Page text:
John Raymond honored with field dedication

Head coach John Raymond leads the Saranac Lake football team during his final game as the head of the program during the state Class B semifinal game against Edgemont in November 1998 in Kingston. (Enterprise file photo — Lou Reuter)

SARANAC LAKE — There’s going to be a big reunion Tuesday evening on the field that the Saranac Lake High School football team calls its home turf, and everyone who turns out will be there to honor one man: coaching great John Raymond.

Last fall, Raymond joined another legend, Ken Wilson, as the two men that the field is now named after. The late coach’s entire family was unable to gather for a celebration at that time, but they’ll be together for a dedication this time around, along with a crowd of many more members of the Saranac Lake community who knew, loved and learned life lessons from Raymond.

The event takes place at Wilson-Raymond Field starting at 5 p.m. and will be followed by the annual end-of-the-year sports awards night in the high school auditorium.

Raymond was born in Tupper Lake in 1942 and grew up playing sports in that community. He was a quarterback for the Tupper Lake High School team, and after college, he made Saranac Lake his home until he passed away on March 18, 2016.

He spent 22 years over three different periods as the head coach of Saranac Lake’s varsity football team. Not only did Raymond lead his teams to multiple championships and guide young men in the process, his positive influence stretched much further into the school district and the community as a whole.

Raymond coached numerous sports and also served as the school district’s director of athletics. When it came to being an educator, he was a teacher, a dean of students, a principle and a school district superintendent.

But above all, being a coach was what John Raymond loved the best.

“Of all the jobs he had, the one he loved the most was coaching; any type of coaching,” his son Matt said. “I think this is going to be great. A lot of his old boys will be coming, and I think this is going to be more for them and less for him. He’d probably hate this. He wasn’t much of an individual type guy. For him, it was always more about the team. It will be cool to see his name up there. He certainly deserves it.”

Matt’s brother and sister, Mark and Reagan Phelan, will also be in attendance at the dedication.

Retired State Supreme Court Justice Jan Plumadore was a very close friend, as well as coaching colleague of Raymond’s. Plumadore returned from his second home in Florida on Friday to make sure he was back in town well ahead of the ceremony.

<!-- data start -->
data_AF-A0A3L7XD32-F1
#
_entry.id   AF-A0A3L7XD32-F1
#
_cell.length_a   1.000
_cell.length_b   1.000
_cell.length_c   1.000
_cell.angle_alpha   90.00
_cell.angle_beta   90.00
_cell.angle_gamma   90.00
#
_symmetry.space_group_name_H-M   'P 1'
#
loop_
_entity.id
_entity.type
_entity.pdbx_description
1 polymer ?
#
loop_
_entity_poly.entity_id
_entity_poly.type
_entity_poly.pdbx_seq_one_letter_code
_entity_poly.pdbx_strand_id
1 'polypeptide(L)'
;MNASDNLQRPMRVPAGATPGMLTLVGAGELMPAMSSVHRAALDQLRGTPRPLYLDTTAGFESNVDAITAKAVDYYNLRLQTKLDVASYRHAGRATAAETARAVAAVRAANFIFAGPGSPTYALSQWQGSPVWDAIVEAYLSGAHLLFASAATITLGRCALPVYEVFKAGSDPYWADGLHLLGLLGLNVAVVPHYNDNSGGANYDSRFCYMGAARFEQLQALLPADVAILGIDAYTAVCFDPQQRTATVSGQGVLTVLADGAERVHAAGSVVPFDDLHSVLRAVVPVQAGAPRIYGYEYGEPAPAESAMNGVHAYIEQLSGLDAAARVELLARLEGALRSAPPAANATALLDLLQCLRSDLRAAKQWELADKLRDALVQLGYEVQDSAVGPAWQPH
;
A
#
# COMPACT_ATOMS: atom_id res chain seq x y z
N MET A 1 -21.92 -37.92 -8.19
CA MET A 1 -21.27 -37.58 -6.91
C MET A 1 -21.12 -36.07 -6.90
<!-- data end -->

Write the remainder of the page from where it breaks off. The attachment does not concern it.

“I first met John when we were freshmen in high school,” Plumadore said. “We’ve been friends ever since. One reason I came back when I did was to make sure I’m at the field. I definitely wanted to honor John.

“There are two names on that field, two men who contributed to the school district and the community in very similar ways. Although of course, they were separated by several decades,” Plumadore added. “They were both about accountability. They were both about second chances.”

Plumadore said one reason a dedication is taking place at this time is that Mark Raymond really wanted to attend but is busy coaching football at Williams College during the fall. Mark played football under his father at Saranac Lake and followed his dad’s footsteps while becoming a successful coach at the college level.

Although John Raymond’s teams earned many championships at Saranac Lake, Plumadore said the coach’s influence stretched way beyond the gridiron.

“Everybody thinks about the won-loss records, the championships, and John was a truly great coach who was consistently successful,” Plumadore said. “Sometimes, he didn’t have the most talented players, and he won championships with them. I think of him a little differently. His coaching transcended into his administrative abilities. He was the leader of students, he was the leader of adults.

“What stands out the most to me was the way he impacted kids. They didn’t have to be athletes. To people who knew him, he may be a gruff, tough guy, but he was also adaptable. He realized each kid was an individual, and he dealt with them on individual level. I think kids realized quickly he had their best interest at heart. He was in it for them. I can’t count how many kids he turned on the right path. I know kid after kid after kid who went to college because of him. I know kids who stayed out of jail because of him. If they needed an ear, if they needed an advocate, he was there.”

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